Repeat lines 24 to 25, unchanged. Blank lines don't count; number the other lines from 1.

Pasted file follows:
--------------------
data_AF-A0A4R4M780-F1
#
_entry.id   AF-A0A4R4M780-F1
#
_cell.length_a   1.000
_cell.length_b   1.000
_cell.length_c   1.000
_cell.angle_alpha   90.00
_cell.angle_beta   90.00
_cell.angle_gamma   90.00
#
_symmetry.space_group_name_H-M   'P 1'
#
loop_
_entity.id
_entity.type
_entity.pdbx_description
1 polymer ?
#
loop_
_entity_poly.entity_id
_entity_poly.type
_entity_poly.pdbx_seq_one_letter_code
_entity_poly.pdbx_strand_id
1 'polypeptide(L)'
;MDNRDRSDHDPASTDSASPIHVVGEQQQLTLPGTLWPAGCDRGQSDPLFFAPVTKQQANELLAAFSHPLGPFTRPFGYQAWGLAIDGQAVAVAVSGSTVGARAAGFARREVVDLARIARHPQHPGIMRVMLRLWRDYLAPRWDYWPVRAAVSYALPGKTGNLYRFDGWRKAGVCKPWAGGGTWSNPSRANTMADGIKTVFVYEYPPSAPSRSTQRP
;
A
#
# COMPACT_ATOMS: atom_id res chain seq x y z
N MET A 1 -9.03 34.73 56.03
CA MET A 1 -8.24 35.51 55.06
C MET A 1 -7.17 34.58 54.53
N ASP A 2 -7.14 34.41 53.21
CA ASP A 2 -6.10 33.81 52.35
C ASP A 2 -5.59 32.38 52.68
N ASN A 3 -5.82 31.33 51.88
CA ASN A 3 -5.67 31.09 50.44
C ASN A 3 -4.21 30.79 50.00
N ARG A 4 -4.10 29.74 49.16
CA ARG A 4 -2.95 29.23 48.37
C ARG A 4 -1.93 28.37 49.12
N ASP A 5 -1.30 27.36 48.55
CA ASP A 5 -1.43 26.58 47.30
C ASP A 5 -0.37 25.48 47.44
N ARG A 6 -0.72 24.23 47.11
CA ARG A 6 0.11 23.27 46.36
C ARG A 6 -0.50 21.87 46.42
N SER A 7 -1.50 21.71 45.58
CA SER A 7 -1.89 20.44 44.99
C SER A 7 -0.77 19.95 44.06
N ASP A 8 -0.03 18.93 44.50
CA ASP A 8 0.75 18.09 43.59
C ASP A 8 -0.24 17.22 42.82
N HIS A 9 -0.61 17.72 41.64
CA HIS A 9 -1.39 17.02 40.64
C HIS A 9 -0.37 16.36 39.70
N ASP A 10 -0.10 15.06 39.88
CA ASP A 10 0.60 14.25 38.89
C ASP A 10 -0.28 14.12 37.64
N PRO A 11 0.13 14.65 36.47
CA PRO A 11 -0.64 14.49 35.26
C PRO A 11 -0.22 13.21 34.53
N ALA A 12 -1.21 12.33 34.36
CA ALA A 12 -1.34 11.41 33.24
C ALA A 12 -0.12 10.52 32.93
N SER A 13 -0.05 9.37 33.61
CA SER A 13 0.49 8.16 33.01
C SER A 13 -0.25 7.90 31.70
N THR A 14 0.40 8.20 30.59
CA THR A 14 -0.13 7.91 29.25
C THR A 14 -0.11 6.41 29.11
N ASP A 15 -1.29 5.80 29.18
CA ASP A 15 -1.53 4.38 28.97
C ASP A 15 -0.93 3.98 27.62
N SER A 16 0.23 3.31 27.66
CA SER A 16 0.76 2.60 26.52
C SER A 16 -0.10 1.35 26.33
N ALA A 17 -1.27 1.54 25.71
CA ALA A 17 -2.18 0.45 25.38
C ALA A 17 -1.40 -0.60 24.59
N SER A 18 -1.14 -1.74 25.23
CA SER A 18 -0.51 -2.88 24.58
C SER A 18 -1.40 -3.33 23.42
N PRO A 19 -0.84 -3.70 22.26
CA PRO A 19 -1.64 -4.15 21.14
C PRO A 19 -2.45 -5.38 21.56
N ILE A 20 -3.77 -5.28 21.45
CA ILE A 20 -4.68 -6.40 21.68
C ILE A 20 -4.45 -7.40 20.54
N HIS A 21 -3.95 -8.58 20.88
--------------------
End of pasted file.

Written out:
_entity_poly.pdbx_strand_id
1 'polypeptide(L)'